So today we will be looking at how to make a closed terrarium, this includes the most needed information on which plants are actually best suited for a closed terrarium too.
Firstly, which plants are best suited for a closed terrarium?
Fern, moss, and other houseplants that require a humid, moist environment. Tropical plants varieties like orchids and even air plants. A closed terrarium mimics the environment needed for these plants; a humid and sheltered tropical environment.
A closed terrarium allows the circulation of water but it must be opened once a week to remove excess moisture from the air and walls of the container to prevent the growth of mold that can damage the plants and taint the sides of the terrarium.
Ensure you acquire a special soil mix to ensure good growing conditions as well as reducing the risk of microbial damage.
So let's start putting this thing together!
- We always begin with lining the bottom of the terrarium with one or two inches of pebbles.
- Next, apply a layer of charcoal over the pebbles. This helps limit mold and odor.
- Now we add the soil, about two or three inches.
- Take your plants out of their pots and gently remove as much soil from their roots as possible. Place each plant in the terrarium and sprinkle some soil to cover their roots.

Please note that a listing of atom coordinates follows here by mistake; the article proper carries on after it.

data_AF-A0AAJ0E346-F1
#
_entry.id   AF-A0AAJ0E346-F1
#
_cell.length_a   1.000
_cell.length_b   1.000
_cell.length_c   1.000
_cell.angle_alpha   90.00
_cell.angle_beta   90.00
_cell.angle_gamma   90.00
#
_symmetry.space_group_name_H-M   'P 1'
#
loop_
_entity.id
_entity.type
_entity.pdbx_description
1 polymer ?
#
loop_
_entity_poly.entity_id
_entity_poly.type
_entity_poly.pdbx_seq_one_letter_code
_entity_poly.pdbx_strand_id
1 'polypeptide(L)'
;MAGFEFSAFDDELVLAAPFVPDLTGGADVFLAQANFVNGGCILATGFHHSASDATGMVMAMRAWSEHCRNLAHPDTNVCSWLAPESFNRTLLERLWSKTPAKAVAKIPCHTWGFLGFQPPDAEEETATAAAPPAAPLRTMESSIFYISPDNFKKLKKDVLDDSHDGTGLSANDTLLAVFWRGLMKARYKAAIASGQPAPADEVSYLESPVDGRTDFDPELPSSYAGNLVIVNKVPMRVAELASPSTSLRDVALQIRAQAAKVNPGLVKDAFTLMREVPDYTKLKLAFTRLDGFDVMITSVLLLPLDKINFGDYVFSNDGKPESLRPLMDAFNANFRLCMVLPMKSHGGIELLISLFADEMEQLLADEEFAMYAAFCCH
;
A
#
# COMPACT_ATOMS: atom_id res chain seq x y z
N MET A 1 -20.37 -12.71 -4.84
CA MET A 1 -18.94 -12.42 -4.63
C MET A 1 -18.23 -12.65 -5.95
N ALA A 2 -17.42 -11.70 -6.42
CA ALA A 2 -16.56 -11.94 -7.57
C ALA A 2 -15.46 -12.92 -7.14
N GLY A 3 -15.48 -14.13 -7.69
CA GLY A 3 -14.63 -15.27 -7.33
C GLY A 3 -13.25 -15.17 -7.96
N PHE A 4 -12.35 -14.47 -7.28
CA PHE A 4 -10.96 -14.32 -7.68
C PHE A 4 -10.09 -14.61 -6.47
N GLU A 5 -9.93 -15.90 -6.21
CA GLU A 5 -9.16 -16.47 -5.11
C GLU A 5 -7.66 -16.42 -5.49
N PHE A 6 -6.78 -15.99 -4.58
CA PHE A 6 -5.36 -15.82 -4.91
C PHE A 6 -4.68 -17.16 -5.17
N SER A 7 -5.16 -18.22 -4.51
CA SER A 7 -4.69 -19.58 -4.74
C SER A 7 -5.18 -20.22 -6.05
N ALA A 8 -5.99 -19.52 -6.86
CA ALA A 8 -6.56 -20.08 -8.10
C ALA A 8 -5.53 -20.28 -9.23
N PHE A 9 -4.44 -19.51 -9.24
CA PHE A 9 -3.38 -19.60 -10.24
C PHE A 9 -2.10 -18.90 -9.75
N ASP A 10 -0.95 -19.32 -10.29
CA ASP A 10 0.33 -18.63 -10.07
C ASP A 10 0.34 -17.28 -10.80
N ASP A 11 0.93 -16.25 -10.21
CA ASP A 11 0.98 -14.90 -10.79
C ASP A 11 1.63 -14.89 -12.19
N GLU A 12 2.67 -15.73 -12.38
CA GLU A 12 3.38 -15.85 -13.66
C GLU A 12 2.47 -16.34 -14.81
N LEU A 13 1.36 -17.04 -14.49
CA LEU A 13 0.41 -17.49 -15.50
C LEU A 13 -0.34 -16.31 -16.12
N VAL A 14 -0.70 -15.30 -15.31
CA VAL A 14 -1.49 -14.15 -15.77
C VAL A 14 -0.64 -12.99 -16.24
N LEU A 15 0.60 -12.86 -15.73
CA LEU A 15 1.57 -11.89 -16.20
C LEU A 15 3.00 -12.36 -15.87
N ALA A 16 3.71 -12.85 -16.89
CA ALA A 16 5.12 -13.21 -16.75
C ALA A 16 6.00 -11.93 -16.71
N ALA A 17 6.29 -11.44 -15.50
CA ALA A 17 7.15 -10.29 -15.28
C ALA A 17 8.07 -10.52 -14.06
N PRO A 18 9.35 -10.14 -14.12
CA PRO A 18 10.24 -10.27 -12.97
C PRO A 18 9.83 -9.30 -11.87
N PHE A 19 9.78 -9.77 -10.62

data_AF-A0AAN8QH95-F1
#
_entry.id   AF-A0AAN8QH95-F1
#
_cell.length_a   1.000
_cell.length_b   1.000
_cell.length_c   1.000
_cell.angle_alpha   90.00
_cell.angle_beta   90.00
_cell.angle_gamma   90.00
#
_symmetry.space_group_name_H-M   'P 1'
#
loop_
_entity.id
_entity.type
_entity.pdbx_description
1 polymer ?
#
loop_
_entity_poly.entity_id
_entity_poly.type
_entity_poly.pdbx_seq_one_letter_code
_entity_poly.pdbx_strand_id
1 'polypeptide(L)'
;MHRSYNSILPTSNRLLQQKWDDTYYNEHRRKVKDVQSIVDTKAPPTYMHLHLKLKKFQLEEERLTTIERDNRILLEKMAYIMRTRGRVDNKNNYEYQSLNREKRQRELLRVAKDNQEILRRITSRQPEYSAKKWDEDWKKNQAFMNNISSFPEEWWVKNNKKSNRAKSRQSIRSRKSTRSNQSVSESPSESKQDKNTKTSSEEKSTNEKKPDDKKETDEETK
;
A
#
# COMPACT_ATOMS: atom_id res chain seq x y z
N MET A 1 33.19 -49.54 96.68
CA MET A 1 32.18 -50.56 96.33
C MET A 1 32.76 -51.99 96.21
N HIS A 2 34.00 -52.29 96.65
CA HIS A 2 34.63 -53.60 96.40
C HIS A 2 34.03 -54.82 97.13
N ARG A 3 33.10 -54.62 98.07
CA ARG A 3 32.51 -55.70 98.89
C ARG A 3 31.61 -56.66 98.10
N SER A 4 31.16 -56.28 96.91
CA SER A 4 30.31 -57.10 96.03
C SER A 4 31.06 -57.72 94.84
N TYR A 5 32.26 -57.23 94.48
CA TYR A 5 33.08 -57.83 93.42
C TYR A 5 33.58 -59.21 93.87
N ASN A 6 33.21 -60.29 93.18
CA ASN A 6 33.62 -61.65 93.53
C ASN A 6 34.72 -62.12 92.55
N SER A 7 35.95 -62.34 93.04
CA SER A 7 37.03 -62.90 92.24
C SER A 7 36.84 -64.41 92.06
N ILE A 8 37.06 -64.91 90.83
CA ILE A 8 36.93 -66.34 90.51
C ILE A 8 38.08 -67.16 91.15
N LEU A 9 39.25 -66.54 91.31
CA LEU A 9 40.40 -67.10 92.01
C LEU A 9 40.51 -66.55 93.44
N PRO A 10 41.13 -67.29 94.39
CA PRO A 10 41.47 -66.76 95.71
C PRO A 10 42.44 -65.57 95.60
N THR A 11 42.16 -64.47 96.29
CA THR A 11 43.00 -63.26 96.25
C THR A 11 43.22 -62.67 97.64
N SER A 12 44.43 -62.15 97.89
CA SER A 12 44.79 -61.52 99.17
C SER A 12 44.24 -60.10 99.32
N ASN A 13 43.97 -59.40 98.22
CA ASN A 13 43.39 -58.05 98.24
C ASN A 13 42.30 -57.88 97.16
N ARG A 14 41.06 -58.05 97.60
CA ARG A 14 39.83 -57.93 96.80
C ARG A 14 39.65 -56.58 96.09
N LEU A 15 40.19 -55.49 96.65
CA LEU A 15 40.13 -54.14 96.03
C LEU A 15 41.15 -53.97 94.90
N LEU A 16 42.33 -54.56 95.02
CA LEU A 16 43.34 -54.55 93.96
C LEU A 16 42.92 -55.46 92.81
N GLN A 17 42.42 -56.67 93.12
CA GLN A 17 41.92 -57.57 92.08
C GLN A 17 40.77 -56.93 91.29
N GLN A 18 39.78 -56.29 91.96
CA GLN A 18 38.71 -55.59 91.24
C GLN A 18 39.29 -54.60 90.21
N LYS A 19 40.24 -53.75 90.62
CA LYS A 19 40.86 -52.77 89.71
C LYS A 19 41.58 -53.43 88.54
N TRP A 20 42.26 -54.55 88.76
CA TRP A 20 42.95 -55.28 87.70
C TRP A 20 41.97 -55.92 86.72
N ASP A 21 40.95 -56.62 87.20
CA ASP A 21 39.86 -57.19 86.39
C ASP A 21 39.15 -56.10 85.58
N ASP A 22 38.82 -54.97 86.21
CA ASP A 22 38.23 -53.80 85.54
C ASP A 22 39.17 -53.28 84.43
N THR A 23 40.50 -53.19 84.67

- For closed terrariums you can add moss over the soil, just for aesthetic reasons.
- A simple terrarium is now done, but you can decorate your terrarium if you wish, using miniature figures, lights, or stones. Make sure everything is moisture-proof to ensure nothing molds.
- Maintain your terrarium by misting your plants but only when they look like they may need a bit of a helping hand, because closed terrariums should do well on their own via the eco system created.
- Place the terrarium in a place where it get just the right amount of sunlight- not directly in sunlight.
- If you get any dead leaves, just trim them off so that the rest of the plant stays healthy.